John Wesley remains one of the most influential individuals in the history and development of the Methodist Church because his leadership ultimately steered Methodist principles to exact a stronger focus upon personal holiness and church community.
In The Works of John Wesley, it is interesting to note that before Wesley encourages people towards personal holiness, he indicates that sanctity is an impossible and vain pursuit without an initial, personal intervention from God in the person’s life. Indeed, Wesley says, “faith and love are wrought in us by the Spirit of God” and that “there cannot be in any man one good temper or desire, or so much as one good thought, unless it is produced by the almighty power of God, by the inspiration or influence of the Holy Ghost” (1). This is a significant notion because it highlights the edges of John Calvin’s doctrine regarding the total depravity of mankind. In addition, Wesley’s ideas concerning personal holiness also stray away from the Catholic notion that personal works merit God’s acceptance of the individual. However, in this case, it seems that God gives unmerited acceptance and grace to an individual first; and because of that encounter, the individual is empowered to live a holy life. In fact, Wesley maintains that people gain the favor of God, not by their personal works, but because of “merits of Christ” (1). Thus, he strongly urges the church to behave accordingly in light of the fact that they have been given unmerited grace and reconciliation in Christ’s merits for them. Indeed, Wesley’s unique approach seems like it would inspire people to perform good deeds for God not out of obligation or fear, but out of joy because of what has been given to them in grace. In fact, Wesley seems to best articulate this theology when he says,
“Above all, stand fast in obedient faith, faith in the God of pardoning mercy, in the God and Father of our Lord Jesus Christ, who hath loved you, and given himself for you. Ascribe to Him all the good you find in yourself; all your peace, and joy, and love; all your power to do and suffer his will, through the Spirit of the living God” (4).
Therefore, Wesley’s strong focus on personal holiness was not as much about the goal itself as it was the significance behind the goal, which was about God’s unmerited grace given to them in Christ.
Furthermore, Wesley also emphasized the importance of church community as well. He advocated that Methodist fellowship was essential to not only complementing one’s efforts at personal holiness, but also to advancing the mission of Christ in society as well. Wesley encouraged the church people to share close affiliation with one another, but not at the expense of being separated from the community at large. Indeed, Wesley said, “Whereas every other religious set of people, as soon as they were joined to each other, separated themselves from their former societies or congregations; you, on the contrary, do not; nay, you absolutely disavow all desire of separating from them” (2). Wesley, thus, encouraged strong interactions between the churched and the unchurched since he believed it would make the greatest difference in terms of expanding the kingdom of God in every city and town. Moreover, Wesley also suggested that a distinct community with shared morals, beliefs, and mission would appear strikingly convincing and peculiar to those observing. In this way, the community’s ideas will render a greater effect upon their city or town (3). In addition, Wesley’s strong focus upon the importance of church community actually contributed into the establishing of the United Society, which first took root in Europe and then in America. In fact, “such a society is no other than ‘a company of men having the form and seeking the power of godliness, united in order to pray together, to receive the word of exhortation, and to watch over one another in love, that they may help each other to work out their salvation’” (6). Wesley greatly stressed the spiritual potential embedded within the confines of the local Methodist community.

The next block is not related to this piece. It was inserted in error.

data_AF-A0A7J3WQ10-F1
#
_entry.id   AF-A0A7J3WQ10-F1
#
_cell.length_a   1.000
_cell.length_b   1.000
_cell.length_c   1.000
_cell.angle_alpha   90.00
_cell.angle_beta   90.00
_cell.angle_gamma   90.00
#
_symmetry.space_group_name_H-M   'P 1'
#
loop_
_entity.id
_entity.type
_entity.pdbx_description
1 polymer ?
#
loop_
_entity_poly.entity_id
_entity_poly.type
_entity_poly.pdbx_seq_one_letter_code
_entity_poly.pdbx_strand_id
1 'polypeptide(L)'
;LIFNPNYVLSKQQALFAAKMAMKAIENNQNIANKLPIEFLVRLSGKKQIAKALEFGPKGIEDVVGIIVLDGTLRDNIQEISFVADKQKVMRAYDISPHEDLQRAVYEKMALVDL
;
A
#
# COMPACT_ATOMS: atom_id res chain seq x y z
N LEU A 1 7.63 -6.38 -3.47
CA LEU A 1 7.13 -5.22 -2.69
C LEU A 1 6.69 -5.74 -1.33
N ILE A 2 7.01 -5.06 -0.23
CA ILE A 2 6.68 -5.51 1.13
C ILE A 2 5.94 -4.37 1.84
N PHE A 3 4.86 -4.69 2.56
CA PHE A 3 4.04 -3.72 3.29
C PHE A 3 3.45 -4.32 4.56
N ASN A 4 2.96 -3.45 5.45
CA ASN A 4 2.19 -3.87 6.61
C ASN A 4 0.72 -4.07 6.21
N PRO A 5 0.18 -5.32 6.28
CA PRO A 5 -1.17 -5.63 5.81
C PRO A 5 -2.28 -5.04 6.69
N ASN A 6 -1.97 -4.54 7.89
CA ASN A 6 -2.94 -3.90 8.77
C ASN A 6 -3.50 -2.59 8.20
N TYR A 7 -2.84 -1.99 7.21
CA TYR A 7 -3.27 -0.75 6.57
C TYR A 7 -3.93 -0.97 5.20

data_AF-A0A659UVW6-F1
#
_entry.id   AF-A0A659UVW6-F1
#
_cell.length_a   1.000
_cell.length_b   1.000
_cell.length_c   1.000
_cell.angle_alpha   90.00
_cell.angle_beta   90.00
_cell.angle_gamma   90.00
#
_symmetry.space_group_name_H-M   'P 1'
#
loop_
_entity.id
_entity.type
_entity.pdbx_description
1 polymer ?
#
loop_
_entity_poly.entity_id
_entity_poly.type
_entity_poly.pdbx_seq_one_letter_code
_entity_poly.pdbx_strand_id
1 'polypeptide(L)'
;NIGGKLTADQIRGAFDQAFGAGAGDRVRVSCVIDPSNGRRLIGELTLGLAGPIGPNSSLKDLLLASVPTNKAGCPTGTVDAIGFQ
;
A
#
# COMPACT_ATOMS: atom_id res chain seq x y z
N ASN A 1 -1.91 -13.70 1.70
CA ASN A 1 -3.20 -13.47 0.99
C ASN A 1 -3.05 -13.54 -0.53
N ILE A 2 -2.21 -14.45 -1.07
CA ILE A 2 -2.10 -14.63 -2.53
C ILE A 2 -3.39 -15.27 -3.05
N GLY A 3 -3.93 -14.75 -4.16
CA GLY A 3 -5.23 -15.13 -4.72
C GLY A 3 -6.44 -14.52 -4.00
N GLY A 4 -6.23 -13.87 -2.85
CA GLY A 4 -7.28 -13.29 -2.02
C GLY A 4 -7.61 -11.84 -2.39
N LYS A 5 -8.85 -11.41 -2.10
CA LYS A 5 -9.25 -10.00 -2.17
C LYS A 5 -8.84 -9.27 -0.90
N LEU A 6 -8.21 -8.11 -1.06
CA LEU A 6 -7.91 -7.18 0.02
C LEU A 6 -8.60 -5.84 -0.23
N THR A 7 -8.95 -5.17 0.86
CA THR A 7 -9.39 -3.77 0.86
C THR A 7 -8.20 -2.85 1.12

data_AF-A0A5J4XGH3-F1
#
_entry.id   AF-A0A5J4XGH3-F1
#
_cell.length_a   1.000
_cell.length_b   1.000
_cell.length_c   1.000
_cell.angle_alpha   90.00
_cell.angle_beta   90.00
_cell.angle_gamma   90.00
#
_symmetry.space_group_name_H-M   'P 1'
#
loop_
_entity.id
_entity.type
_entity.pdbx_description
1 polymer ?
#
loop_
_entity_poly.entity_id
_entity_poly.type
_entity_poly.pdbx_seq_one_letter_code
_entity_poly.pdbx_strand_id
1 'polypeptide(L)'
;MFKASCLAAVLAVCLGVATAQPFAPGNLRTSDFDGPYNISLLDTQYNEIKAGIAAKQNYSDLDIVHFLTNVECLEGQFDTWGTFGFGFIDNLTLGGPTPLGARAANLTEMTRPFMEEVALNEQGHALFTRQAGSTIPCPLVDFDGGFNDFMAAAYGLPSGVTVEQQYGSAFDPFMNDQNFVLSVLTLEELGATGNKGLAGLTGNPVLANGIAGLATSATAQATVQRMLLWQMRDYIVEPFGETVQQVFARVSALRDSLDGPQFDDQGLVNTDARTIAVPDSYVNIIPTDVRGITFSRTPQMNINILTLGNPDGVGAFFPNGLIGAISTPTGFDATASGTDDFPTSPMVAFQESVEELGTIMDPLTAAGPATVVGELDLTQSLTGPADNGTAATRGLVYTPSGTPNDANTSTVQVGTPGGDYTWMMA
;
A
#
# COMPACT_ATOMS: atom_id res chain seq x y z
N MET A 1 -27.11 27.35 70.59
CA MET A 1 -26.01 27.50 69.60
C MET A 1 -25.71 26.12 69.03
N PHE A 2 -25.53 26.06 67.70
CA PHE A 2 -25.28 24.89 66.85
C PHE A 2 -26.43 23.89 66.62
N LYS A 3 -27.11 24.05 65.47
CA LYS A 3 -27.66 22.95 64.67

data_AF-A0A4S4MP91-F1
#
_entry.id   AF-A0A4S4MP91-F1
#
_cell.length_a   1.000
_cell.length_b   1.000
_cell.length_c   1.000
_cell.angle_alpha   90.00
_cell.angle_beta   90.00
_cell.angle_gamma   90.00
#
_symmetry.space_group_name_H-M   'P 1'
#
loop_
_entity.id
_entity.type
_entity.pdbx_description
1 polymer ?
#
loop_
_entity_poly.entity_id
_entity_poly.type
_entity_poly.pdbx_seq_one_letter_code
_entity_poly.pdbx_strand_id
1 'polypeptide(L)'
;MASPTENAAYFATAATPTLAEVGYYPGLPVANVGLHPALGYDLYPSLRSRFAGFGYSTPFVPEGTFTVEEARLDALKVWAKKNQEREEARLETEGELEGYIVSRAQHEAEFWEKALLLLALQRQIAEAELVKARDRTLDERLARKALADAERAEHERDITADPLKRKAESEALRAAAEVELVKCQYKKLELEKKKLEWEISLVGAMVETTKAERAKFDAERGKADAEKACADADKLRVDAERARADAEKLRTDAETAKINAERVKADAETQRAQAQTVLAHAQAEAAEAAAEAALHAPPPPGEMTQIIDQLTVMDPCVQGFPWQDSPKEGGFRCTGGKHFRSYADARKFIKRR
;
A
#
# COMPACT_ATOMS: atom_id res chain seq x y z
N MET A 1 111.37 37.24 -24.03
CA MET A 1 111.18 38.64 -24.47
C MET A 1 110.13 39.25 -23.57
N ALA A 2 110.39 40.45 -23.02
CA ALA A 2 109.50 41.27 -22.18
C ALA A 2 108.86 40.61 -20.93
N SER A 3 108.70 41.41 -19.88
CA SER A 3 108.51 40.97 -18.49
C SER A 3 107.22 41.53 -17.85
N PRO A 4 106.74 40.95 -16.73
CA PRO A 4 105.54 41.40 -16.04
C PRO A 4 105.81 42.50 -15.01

John Wesley is particularly known for how he emphasized the ideas and lifestyles that should be representative of the term ‘Methodist’. His theological contributions concerning personal holiness, in addition to his strong advocacy regarding church community, profoundly transformed the dynamic of the Methodist tradition. Indeed, Wesley’s force of impact was so great in his time that the Methodist church today is still functioning and thriving within the wake of his influence.